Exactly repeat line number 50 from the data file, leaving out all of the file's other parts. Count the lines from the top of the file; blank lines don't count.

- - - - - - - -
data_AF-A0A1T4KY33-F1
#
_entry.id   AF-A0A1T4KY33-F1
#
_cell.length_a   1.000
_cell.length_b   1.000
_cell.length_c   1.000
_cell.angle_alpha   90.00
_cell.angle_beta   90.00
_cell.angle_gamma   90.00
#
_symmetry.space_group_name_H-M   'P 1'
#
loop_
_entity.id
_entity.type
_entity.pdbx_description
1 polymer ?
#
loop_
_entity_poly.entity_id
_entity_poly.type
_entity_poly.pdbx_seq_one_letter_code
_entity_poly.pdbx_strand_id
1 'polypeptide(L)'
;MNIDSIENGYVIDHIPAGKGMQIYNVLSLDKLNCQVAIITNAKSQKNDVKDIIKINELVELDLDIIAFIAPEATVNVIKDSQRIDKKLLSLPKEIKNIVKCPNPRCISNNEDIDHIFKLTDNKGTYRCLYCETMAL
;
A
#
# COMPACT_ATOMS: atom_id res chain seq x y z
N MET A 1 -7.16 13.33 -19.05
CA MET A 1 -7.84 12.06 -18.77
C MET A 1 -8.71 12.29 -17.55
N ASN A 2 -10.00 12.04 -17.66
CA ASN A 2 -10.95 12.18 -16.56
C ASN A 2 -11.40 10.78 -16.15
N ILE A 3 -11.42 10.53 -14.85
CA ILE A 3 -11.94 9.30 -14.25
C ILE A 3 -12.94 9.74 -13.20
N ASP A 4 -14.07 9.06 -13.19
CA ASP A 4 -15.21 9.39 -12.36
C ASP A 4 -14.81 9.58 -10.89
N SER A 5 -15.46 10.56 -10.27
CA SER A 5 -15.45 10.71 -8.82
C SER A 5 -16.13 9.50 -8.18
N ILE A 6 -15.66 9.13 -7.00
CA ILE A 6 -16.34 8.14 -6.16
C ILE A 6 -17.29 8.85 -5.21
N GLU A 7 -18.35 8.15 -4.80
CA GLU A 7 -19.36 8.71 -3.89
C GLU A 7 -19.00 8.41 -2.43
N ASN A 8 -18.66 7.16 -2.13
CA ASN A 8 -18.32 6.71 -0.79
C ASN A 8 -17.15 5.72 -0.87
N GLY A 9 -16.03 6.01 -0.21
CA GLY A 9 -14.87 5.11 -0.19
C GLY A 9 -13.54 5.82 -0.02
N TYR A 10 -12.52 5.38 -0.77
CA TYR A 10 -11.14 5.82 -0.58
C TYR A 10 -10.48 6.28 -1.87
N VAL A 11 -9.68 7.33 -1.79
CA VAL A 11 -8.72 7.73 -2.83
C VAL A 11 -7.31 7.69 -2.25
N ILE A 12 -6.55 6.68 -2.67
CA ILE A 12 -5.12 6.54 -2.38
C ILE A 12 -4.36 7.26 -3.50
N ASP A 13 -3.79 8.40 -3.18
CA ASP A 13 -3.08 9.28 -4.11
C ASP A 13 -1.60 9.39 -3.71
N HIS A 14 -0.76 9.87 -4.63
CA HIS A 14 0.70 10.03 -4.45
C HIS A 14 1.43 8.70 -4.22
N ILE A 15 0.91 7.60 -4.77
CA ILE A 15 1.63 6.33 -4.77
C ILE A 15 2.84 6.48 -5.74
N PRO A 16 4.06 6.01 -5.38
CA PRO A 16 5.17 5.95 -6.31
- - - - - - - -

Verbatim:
CA GLU A 7 -19.36 8.71 -3.89